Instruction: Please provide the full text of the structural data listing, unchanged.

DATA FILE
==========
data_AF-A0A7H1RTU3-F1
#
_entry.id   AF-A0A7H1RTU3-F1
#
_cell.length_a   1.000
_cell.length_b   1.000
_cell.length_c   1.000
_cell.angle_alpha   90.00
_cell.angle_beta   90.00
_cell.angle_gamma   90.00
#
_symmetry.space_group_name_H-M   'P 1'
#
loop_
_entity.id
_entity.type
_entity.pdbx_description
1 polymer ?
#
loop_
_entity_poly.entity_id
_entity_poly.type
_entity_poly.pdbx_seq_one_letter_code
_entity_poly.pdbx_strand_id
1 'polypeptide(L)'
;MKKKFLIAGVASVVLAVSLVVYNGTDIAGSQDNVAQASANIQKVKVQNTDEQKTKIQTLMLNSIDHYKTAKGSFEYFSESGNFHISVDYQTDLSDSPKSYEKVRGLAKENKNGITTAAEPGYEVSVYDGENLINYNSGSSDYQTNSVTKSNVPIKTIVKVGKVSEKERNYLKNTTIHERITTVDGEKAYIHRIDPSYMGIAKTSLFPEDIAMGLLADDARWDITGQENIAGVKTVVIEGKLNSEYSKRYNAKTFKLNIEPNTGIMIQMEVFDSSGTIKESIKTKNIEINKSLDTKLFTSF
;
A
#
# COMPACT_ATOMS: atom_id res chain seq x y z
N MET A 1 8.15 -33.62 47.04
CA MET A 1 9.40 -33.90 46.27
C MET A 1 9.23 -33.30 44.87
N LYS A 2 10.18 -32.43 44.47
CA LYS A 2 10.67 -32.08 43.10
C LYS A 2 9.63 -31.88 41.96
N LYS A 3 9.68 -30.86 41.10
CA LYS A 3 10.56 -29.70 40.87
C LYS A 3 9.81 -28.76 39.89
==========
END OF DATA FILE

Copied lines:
data_AF-A0A7H1RTU3-F1
#
_entry.id   AF-A0A7H1RTU3-F1
#
_cell.length_a   1.000
_cell.length_b   1.000
_cell.length_c   1.000
_cell.angle_alpha   90.00
_cell.angle_beta   90.00
_cell.angle_gamma   90.00
#
_symmetry.space_group_name_H-M   'P 1'
#
loop_
_entity.id
_entity.type
_entity.pdbx_description
1 polymer ?
#
loop_
_entity_poly.entity_id
_entity_poly.type
_entity_poly.pdbx_seq_one_letter_code
_entity_poly.pdbx_strand_id
1 'polypeptide(L)'
;MKKKFLIAGVASVVLAVSLVVYNGTDIAGSQDNVAQASANIQKVKVQNTDEQKTKIQTLMLNSIDHYKTAKGSFEYFSESGNFHISVDYQTDLSDSPKSYEKVRGLAKENKNGITTAAEPGYEVSVYDGENLINYNSGSSDYQTNSVTKSNVPIKTIVKVGKVSEKERNYLKNTTIHERITTVDGEKAYIHRIDPSYMGIAKTSLFPEDIAMGLLADDARWDITGQENIAGVKTVVIEGKLNSEYSKRYNAKTFKLNIEPNTGIMIQMEVFDSSGTIKESIKTKNIEINKSLDTKLFTSF
;
A
#
# COMPACT_ATOMS: atom_id res chain seq x y z
N MET A 1 8.15 -33.62 47.04
CA MET A 1 9.40 -33.90 46.27
C MET A 1 9.23 -33.30 44.87
N LYS A 2 10.18 -32.43 44.47
CA LYS A 2 10.67 -32.08 43.10
C LYS A 2 9.63 -31.88 41.96
N LYS A 3 9.68 -30.86 41.10
CA LYS A 3 10.56 -29.70 40.87
C LYS A 3 9.81 -28.76 39.89